5.6 (Q~Q) Correlation

Recall the definition of correlation between two continuous variables. The correlation coefficient is designated by \(r\) for the sample correlation, and \(\rho\) for the population correlation. The correlation is a measure of the strength and direction of a linear relationship between two variables.

The correlation ranges from +1 to -1. A correlation of +1 means that there is a perfect, positive linear relationship between the two variables. A correlation of -1 means there is a perfect, negative linear relationship between the two variables. In both cases, knowing the value of one variable, you can perfectly predict the value of the second.

Here are rough estimates for interpreting the strengths of correlations based on the magnitude of \(r\).

  • \(|r| \geq 0.7\): Very strong relationship
  • \(0.4 \leq |r| < 0.7\): Strong relationship
  • \(0.3 \leq |r| < 0.4\): Moderate relationship
  • \(0.2 \leq |r| < 0.3:\) Weak relationship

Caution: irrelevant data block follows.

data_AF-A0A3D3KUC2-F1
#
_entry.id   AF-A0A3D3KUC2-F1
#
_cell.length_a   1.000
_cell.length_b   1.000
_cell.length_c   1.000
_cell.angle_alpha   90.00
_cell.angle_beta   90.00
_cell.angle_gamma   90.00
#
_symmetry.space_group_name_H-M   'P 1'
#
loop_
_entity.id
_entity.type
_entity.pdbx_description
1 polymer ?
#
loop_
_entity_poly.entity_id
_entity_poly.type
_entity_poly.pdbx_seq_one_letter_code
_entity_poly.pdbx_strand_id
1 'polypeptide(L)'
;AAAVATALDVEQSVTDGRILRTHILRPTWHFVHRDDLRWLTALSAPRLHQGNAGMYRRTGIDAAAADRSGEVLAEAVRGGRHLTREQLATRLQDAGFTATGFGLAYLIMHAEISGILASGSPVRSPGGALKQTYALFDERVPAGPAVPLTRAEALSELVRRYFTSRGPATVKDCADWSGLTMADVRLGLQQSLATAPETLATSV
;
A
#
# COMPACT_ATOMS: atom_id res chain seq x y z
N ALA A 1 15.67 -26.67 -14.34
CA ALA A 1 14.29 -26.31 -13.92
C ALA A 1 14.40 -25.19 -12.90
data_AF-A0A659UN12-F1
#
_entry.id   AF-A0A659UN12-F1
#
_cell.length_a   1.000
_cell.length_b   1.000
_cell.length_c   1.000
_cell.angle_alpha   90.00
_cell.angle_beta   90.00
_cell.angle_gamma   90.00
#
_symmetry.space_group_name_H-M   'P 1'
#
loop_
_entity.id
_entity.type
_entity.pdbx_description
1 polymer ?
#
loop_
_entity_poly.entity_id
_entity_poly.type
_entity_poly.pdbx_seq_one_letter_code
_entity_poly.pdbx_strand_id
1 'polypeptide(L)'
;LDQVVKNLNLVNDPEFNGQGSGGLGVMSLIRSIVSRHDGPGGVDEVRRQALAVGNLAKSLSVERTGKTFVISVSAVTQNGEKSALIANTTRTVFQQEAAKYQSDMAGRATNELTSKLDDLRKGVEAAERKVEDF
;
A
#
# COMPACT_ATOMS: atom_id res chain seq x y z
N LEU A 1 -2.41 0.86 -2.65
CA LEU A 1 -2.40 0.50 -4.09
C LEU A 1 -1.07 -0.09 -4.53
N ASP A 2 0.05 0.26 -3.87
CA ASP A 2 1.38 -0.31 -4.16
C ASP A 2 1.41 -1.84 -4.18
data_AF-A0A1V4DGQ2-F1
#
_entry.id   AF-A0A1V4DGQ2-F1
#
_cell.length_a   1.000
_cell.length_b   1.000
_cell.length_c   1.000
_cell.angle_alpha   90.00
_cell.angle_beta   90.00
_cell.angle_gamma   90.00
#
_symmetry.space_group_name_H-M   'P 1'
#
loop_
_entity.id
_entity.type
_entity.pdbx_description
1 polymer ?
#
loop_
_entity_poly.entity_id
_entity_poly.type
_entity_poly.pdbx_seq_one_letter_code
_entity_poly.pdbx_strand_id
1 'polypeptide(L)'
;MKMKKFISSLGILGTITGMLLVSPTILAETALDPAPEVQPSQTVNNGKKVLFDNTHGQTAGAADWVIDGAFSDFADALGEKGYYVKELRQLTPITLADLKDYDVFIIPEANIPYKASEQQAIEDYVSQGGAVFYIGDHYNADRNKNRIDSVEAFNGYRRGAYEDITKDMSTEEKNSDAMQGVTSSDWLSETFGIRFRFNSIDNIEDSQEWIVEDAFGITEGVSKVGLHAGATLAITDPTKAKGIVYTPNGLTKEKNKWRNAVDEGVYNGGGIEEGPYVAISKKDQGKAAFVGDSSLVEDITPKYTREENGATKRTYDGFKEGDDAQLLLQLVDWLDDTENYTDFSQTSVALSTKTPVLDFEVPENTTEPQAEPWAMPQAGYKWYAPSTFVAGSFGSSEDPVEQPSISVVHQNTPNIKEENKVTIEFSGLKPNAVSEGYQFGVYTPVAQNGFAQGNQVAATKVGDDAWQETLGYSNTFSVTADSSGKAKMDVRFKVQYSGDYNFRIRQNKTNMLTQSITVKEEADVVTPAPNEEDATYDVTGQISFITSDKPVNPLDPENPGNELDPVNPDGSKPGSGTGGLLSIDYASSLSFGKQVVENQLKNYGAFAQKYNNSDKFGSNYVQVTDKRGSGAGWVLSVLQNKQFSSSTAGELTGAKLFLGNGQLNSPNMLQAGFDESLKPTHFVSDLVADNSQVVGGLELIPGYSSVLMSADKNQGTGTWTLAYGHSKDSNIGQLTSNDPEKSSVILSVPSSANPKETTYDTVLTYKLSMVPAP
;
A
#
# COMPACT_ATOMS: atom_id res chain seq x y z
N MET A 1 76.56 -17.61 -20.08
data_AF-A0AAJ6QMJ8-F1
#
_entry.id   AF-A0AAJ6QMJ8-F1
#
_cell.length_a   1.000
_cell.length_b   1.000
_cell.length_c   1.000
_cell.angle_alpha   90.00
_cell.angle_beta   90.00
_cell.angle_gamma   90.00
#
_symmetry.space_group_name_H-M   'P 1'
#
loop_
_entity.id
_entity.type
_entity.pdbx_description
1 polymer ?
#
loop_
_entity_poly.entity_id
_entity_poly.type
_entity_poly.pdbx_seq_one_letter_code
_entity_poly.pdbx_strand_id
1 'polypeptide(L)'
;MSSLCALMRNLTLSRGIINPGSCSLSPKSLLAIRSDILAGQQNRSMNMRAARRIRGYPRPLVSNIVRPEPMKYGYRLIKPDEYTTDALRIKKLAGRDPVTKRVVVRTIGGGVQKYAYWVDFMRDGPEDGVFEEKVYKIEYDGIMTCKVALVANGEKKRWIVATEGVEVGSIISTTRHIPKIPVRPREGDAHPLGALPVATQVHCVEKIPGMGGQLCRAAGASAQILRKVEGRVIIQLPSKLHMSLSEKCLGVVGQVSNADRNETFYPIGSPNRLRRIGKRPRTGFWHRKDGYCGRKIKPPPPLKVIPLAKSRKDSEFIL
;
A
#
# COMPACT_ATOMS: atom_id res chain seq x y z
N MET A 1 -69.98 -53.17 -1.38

• \(|r| < 0.2:\) Negligible or no relationship

5.6.1 Example: Federal spending per capita and poverty rate

There is a negligible, positive, linear relationship between poverty rate and per capita federal spending (\(r = 0.03\)). Let \(\rho\) denote the true correlation between poverty rate and federal spending per capita. Our null hypothesis is that there is no correlation between poverty rate and federal spending (\(\rho = 0\)), and the alternative hypothesis is that they are correlated (\(\rho \neq 0\)). We can use the cor.test() function to analyze the evidence in favor of this alternative hypothesis.

We conclude from this that there was a non-statistically significant, negligible correlation between poverty and federal spending (\(r = 0.03 (-0.0003, .069), p = 0.05\)).